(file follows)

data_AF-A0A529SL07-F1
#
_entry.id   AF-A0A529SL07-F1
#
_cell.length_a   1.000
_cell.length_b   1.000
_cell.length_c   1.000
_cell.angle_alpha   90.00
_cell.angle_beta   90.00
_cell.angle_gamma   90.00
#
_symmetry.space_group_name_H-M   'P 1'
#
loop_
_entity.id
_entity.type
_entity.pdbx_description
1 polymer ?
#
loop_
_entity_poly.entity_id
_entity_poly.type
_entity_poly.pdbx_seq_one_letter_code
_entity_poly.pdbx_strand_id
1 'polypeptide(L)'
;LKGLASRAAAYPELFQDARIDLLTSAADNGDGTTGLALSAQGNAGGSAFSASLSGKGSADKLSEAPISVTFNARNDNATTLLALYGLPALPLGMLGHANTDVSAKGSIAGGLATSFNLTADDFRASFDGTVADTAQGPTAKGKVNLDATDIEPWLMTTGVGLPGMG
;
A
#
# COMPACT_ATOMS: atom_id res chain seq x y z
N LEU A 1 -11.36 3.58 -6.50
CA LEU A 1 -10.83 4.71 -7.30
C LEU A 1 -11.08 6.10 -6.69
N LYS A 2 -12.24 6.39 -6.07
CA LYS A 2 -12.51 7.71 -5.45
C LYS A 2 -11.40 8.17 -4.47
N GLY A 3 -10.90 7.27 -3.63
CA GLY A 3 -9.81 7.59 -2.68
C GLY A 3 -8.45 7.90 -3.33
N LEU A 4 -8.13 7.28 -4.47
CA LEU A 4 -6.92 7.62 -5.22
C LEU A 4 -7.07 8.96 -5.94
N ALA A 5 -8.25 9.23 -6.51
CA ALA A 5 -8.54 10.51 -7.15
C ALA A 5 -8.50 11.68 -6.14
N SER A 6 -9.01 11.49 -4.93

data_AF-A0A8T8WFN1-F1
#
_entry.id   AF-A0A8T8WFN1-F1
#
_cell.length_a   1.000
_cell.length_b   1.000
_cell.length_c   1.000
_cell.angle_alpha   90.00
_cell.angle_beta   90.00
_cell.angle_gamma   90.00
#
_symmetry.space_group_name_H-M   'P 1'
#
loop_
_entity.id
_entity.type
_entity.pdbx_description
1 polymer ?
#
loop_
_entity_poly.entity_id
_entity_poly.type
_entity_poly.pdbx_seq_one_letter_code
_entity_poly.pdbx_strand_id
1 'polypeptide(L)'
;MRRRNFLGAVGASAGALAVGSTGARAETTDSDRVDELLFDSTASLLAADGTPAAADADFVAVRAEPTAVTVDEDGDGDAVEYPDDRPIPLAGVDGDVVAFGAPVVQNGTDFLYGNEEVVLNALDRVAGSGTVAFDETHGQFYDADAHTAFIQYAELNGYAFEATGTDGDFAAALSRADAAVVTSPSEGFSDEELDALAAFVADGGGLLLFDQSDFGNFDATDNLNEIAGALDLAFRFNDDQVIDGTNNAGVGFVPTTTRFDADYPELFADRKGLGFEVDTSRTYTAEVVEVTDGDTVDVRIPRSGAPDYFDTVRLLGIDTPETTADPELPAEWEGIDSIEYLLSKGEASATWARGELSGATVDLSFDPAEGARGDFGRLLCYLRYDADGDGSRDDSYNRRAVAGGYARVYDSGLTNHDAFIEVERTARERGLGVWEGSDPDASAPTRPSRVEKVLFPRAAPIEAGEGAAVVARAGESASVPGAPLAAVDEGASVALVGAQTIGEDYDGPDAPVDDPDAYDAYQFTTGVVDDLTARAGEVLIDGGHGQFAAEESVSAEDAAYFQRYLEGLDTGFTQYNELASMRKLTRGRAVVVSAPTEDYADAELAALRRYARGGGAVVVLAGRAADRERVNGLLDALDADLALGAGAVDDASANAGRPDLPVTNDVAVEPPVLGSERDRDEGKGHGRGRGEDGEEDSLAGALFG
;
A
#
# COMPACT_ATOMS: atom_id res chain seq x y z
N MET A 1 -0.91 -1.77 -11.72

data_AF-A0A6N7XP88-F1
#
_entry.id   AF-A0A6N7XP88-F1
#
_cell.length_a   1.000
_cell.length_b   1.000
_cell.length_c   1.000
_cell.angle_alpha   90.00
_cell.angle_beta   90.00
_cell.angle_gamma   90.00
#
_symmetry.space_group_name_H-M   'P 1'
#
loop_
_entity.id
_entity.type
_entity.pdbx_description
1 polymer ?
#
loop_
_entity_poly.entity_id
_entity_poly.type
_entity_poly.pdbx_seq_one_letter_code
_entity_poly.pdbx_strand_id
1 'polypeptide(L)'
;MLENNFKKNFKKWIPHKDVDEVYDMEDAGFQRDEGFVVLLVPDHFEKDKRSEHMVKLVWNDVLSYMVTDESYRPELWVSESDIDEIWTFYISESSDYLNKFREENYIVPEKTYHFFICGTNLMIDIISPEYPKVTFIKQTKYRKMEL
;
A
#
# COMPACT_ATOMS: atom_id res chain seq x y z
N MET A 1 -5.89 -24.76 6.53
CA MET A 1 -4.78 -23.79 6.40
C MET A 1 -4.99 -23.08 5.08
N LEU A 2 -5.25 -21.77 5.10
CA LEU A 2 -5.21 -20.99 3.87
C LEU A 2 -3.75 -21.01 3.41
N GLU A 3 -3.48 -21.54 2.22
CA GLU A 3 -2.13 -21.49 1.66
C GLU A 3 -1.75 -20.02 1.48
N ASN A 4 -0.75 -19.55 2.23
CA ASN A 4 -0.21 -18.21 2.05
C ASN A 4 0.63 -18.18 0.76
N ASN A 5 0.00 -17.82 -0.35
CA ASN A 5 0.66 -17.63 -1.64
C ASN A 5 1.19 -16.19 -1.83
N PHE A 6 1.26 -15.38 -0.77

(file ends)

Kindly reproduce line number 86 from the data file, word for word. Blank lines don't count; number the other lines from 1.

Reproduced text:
_cell.angle_beta   90.00